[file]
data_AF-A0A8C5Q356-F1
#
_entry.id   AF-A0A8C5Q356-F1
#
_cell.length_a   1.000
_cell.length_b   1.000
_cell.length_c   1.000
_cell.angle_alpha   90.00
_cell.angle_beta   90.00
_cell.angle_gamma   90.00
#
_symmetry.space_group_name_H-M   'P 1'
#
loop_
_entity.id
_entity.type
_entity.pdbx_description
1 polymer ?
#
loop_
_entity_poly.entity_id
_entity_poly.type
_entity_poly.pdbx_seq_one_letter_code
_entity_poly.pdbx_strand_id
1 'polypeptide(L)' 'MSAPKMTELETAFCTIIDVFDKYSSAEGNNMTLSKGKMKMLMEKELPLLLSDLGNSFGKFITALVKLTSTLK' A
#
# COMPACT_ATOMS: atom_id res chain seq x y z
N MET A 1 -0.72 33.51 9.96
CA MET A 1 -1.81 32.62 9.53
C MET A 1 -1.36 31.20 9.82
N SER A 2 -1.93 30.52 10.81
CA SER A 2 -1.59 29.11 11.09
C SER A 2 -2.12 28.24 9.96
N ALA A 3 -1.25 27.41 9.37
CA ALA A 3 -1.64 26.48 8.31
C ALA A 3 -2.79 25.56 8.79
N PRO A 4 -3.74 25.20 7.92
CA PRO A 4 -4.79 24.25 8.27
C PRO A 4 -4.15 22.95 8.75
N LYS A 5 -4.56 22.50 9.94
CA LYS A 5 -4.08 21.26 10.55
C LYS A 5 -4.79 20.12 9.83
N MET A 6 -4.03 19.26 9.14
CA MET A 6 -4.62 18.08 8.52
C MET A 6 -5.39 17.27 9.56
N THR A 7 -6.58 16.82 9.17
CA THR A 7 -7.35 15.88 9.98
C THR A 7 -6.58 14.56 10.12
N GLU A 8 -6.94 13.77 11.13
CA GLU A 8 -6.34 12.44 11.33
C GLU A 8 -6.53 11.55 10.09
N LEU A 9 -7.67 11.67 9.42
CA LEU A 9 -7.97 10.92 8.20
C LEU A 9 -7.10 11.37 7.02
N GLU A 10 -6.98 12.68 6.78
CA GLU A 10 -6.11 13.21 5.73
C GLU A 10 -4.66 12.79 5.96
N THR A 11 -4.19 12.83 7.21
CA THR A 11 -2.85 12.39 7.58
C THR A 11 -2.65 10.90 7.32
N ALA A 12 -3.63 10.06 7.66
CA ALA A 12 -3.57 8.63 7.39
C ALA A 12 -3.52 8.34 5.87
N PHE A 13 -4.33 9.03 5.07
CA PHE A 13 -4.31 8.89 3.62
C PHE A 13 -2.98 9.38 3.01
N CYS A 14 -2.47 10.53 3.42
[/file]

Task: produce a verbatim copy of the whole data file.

data_AF-A0A8C5Q356-F1
#
_entry.id   AF-A0A8C5Q356-F1
#
_cell.length_a   1.000
_cell.length_b   1.000
_cell.length_c   1.000
_cell.angle_alpha   90.00
_cell.angle_beta   90.00
_cell.angle_gamma   90.00
#
_symmetry.space_group_name_H-M   'P 1'
#
loop_
_entity.id
_entity.type
_entity.pdbx_description
1 polymer ?
#
loop_
_entity_poly.entity_id
_entity_poly.type
_entity_poly.pdbx_seq_one_letter_code
_entity_poly.pdbx_strand_id
1 'polypeptide(L)' 'MSAPKMTELETAFCTIIDVFDKYSSAEGNNMTLSKGKMKMLMEKELPLLLSDLGNSFGKFITALVKLTSTLK' A
#
# COMPACT_ATOMS: atom_id res chain seq x y z
N MET A 1 -0.72 33.51 9.96
CA MET A 1 -1.81 32.62 9.53
C MET A 1 -1.36 31.20 9.82
N SER A 2 -1.93 30.52 10.81
CA SER A 2 -1.59 29.11 11.09
C SER A 2 -2.12 28.24 9.96
N ALA A 3 -1.25 27.41 9.37
CA ALA A 3 -1.64 26.48 8.31
C ALA A 3 -2.79 25.56 8.79
N PRO A 4 -3.74 25.20 7.92
CA PRO A 4 -4.79 24.25 8.27
C PRO A 4 -4.15 22.95 8.75
N LYS A 5 -4.56 22.50 9.94
CA LYS A 5 -4.08 21.26 10.55
C LYS A 5 -4.79 20.12 9.83
N MET A 6 -4.03 19.26 9.14
CA MET A 6 -4.62 18.08 8.52
C MET A 6 -5.39 17.27 9.56
N THR A 7 -6.58 16.82 9.17
CA THR A 7 -7.35 15.88 9.98
C THR A 7 -6.58 14.56 10.12
N GLU A 8 -6.94 13.77 11.13
CA GLU A 8 -6.34 12.44 11.33
C GLU A 8 -6.53 11.55 10.09
N LEU A 9 -7.67 11.67 9.42
CA LEU A 9 -7.97 10.92 8.20
C LEU A 9 -7.10 11.37 7.02
N GLU A 10 -6.98 12.68 6.78
CA GLU A 10 -6.11 13.21 5.73
C GLU A 10 -4.66 12.79 5.96
N THR A 11 -4.19 12.83 7.21
CA THR A 11 -2.85 12.39 7.58
C THR A 11 -2.65 10.90 7.32
N ALA A 12 -3.63 10.06 7.66
CA ALA A 12 -3.57 8.63 7.39
C ALA A 12 -3.52 8.34 5.87
N PHE A 13 -4.33 9.03 5.07
CA PHE A 13 -4.31 8.89 3.62
C PHE A 13 -2.98 9.38 3.01
N CYS A 14 -2.47 10.53 3.42